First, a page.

By Michael Johns
USCB Chamber Music’s January 22, 5:00pm, concert features a rich blend of romantic yearning, vibrant musical and visual color, and spectacular technical brilliance. Having recently completed a wildly successful tour of Australia, Artistic Director/pianist Andrew Armstrong and Grammy winning violinist James Ehnes will perform on the first half of the program. During the second second half, artworks specifically created by area high school juniors and seniors will enhance and interact with Mussorgsky’s Pictures at an Exhibition, played by Mr. Armstrong on the series’ newly acquired concert grand.
The concert begins with César Franck’s tender, passionate, and emotional Sonata in A Major for Violin and Piano. Composed in 1886 as a wedding present for a close friend, it has been described as a four-movement parable about marriage, moving through flowering love, strife, dialogue with reconciliation, and culminating in a harmonious union. The initial violin notes form a floating motive that returns throughout the sonata in multiple guises, generating unity across this well-loved and often-performed, Romantic-period classic.
Erich Korngold was one of the greatest musical prodigies of the twentieth century. Born and raised
in Austria, he had an enormously successful European career until 1934 when he escaped Nazi persecution by moving to the United States. In Hollywood he became a film-music founder, winning Oscars in 1936 (Anthony Adverse) and 1938 (The Adventures of Robin Hood). His capacity for composing tuneful melodies, plot-advancing harmonies, and seamless matching of music to text proved to be a perfect fit for movies. Korngold finished work on his three-act opera, Die Tote Stadt (The Dead City), in 1919. The opera’s theme of overcoming the loss of a loved one struck a resonant chord with post World War I audiences and within two years of its 1920 premiere was being performed around the globe. Two arias, the first a yearning, haunting dance song, (“Tanzlied des Pierrot”), and the second a joyful song of love tinged with sadness,“Glück, das mir verblieb” (Joy, that near to me remains), frequently appear on concert programs. Arranged for violin and piano, they provide an ideal vehicle for James Ehnes’ ability to weave a story with his silken tone, flawless technique, and insightful humanity.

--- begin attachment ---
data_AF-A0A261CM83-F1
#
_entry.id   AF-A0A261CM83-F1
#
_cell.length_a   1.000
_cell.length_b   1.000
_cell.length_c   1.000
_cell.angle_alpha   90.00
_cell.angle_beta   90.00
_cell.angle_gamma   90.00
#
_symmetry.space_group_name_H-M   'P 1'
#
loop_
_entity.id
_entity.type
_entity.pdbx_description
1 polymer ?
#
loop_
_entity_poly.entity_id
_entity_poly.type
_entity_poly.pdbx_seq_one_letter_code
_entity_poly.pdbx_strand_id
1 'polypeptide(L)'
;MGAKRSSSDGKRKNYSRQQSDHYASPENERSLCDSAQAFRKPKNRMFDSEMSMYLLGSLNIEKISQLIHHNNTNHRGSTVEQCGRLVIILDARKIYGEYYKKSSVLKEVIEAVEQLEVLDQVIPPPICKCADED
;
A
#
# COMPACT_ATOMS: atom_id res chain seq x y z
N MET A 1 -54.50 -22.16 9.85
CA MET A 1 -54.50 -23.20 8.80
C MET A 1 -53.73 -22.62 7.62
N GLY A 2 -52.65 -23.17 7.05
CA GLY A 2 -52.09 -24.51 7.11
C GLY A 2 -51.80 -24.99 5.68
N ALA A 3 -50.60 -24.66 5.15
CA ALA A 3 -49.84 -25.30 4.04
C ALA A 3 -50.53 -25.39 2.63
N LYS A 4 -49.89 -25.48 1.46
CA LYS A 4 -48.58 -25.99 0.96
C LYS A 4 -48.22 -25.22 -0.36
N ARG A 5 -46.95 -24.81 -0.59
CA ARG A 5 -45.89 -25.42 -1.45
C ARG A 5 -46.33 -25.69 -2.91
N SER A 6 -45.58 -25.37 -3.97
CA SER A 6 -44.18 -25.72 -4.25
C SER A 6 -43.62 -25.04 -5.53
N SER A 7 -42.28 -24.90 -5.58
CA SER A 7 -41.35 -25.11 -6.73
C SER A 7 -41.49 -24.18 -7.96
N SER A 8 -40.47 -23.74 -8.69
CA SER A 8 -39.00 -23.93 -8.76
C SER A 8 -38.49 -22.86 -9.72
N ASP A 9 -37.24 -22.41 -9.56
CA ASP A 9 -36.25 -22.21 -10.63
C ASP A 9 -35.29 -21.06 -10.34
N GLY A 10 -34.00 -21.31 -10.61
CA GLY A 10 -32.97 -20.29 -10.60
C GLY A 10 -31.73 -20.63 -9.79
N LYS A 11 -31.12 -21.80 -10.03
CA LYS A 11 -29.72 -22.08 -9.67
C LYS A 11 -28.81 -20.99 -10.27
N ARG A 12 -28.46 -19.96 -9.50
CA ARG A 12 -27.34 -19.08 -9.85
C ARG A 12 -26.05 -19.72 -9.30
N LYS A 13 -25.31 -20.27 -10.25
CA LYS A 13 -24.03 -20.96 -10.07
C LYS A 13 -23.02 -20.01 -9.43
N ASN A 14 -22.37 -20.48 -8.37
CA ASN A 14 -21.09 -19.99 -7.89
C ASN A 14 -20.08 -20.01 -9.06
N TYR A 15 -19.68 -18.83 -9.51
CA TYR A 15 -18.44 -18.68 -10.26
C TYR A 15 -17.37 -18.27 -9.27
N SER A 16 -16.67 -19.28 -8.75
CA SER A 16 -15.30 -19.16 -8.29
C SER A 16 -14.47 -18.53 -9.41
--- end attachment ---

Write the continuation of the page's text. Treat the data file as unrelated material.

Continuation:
During a period of three weeks in 1874 Modest Mussorgsky wrote his piano masterpiece Pictures at an Exhibition, a multi-section, tour-de-force with high degree of difficulty that has become a favorite virtuoso showpiece. Pictures at an Exhibition depicts the composer’s visit to a friend’s art exhibition. Each of the suite’s ten numbers serve as a musical illustration of an individual work of art. Mussorgsky links these tableaus with six Promenades whose regular tread and uneven grouping mimic the act of thoughtful wandering from one gallery to the next. The music is based on drawings and watercolors produced during travels to Italy, France, Poland, Russia, and Ukraine. An ugly gnome, medieval castle, children at play, adult squabbling, wooden-wheeled ox cart, dancing chicks, spooky catacombs, Baba Yaga’s hut, and spectacular Great Gate of Kyiv are all vividly depicted.
The “pictures” for this performance will be new artworks inspired by Mussorgsky’s music. Funded by a grant from the South Carolina Arts Commission, the USCB Studio Art Program in collaboration with USCB Chamber Music has invited high school juniors and seniors from surrounding counties to participate in an Emerging Artists Competition: Seeing Music! Their curated works will be projected on a screen as Andy Armstrong performs. A special Monday morning concert and awards ceremony will also be presented for the student artists and their peers.
Violinist James Ehnes, with his 1715 “ex-Marsick” Stradivarius, and Artistic Director, host extraordinaire, and pianist Andrew Armstrong are remarkable artists of international stature, with decades-long, highly decorated solo careers. In recent years they have established themselves as a much acclaimed and much in-demand duo. The Melbourne, Australia Herald reviewed their November concerts: “An extraordinary rapport between players resulted in performances of profound insight and compelling conviction.”
Come and listen to these remarkable artists perform intriguing and gratifying music. The Herald further stated: “Such superlative musicianship will long be remembered by those fortunate enough to have experienced it.” Be among the fortunate and hear brilliant performances by major artists imbued with youthful creativity and sublime musicality. There are multiple ways to enjoy the concerts—In Person, Live-Stream and On-Demand. All virtual concerts are professionally produced, creating great viewing opportunities. On-Demand is accessible four days after the concert and available to view at your leisure for three weeks. For concert/ticket information, go to www.uscbchambermusic.com or call 843-208-8246, Monday through Friday. The concert is Sunday, January 22, 5:00pm at the USCB Center for the Arts, 801 Carteret Street, Beaufort.